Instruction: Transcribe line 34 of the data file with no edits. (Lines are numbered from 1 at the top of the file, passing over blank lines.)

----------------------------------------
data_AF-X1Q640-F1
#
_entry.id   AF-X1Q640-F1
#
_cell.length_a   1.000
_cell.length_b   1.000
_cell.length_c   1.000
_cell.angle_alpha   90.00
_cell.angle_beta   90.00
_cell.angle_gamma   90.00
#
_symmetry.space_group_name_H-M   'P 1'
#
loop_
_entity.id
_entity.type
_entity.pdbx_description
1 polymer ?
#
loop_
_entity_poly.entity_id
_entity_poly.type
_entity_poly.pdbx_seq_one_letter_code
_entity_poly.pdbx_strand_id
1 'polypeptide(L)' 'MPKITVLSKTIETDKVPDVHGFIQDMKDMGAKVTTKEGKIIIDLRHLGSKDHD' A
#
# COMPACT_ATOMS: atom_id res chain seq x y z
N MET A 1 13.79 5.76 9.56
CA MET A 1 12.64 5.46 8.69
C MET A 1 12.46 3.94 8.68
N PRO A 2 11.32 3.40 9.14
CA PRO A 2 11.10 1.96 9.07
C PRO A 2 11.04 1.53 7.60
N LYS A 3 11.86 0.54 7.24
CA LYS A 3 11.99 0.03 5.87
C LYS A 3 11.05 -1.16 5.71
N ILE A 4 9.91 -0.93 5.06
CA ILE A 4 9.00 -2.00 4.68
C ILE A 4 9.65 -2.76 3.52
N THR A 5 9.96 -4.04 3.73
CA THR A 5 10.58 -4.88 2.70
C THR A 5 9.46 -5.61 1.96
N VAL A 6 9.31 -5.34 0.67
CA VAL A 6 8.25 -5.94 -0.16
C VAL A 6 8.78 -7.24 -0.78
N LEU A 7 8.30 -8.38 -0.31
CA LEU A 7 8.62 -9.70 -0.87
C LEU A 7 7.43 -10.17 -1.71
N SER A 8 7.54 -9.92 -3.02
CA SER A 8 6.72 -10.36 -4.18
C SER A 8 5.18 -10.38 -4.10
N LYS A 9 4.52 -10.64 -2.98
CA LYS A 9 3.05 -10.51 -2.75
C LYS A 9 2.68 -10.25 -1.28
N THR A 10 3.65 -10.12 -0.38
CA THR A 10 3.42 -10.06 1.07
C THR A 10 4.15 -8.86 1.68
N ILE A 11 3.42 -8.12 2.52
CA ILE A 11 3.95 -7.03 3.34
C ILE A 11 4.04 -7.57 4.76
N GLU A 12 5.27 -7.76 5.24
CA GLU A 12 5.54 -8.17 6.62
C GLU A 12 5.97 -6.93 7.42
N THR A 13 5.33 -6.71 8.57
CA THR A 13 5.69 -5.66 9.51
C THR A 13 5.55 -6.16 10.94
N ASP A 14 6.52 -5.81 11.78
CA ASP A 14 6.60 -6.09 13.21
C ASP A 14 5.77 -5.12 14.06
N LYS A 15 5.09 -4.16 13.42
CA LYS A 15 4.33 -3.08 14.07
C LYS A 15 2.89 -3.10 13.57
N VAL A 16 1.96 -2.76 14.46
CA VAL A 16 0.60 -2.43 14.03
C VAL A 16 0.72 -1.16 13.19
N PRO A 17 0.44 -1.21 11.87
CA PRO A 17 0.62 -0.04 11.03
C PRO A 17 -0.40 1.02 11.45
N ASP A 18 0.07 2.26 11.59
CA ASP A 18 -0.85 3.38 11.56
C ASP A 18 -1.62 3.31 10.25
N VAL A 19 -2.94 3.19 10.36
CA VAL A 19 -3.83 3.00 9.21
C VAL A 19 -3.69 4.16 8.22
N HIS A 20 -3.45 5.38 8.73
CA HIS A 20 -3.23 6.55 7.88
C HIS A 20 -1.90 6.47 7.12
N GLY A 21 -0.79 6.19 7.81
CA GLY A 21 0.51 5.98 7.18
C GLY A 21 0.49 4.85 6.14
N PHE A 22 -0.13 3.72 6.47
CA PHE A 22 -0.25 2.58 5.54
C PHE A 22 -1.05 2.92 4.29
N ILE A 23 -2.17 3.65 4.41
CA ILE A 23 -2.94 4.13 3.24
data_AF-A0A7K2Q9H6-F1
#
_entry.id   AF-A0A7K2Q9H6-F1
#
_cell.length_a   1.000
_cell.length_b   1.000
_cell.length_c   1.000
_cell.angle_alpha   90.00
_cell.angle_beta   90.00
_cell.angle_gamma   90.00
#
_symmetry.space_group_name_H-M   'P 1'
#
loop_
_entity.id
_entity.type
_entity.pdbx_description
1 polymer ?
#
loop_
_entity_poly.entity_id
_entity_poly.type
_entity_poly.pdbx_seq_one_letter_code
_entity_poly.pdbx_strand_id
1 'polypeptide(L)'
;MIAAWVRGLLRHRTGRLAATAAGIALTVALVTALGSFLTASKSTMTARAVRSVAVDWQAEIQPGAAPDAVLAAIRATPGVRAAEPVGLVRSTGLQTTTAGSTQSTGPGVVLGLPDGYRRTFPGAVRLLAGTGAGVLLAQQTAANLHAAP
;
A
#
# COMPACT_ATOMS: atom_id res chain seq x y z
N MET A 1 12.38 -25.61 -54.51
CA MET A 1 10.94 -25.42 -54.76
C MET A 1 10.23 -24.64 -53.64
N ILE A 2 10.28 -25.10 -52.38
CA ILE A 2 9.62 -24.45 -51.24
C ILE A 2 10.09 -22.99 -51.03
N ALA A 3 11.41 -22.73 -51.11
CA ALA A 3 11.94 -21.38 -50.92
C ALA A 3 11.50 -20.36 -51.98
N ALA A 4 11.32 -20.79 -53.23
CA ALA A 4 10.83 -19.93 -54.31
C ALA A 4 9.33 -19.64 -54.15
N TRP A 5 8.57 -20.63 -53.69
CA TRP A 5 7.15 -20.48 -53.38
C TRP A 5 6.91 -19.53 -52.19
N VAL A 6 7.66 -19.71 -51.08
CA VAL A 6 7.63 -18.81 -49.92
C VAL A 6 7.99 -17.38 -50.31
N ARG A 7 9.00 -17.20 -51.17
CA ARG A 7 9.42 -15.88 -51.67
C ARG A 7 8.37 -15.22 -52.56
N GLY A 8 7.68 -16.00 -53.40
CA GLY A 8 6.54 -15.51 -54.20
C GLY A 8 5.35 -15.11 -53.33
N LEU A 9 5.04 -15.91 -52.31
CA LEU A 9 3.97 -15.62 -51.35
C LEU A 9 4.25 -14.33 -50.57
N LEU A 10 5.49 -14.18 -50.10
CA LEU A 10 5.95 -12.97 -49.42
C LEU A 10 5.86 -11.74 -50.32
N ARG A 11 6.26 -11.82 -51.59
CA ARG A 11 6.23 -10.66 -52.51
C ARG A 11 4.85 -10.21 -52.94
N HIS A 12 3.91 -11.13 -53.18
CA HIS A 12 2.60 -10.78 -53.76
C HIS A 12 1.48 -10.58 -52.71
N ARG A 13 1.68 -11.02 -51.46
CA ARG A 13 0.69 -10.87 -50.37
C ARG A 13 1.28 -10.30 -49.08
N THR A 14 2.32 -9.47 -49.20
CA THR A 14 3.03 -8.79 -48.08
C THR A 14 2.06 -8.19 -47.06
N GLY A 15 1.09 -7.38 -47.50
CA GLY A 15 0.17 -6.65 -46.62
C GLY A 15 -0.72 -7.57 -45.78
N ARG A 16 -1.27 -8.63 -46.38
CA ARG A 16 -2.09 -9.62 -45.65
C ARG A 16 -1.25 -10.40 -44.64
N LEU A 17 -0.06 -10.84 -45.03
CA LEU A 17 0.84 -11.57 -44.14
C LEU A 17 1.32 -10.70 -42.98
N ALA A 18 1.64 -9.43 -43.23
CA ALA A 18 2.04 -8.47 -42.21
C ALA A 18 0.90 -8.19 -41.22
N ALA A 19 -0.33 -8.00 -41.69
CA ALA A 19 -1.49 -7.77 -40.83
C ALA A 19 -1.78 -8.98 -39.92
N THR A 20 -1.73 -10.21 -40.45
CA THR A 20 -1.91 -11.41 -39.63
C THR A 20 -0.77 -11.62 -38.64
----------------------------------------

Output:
N LYS A 3 11.86 0.54 7.24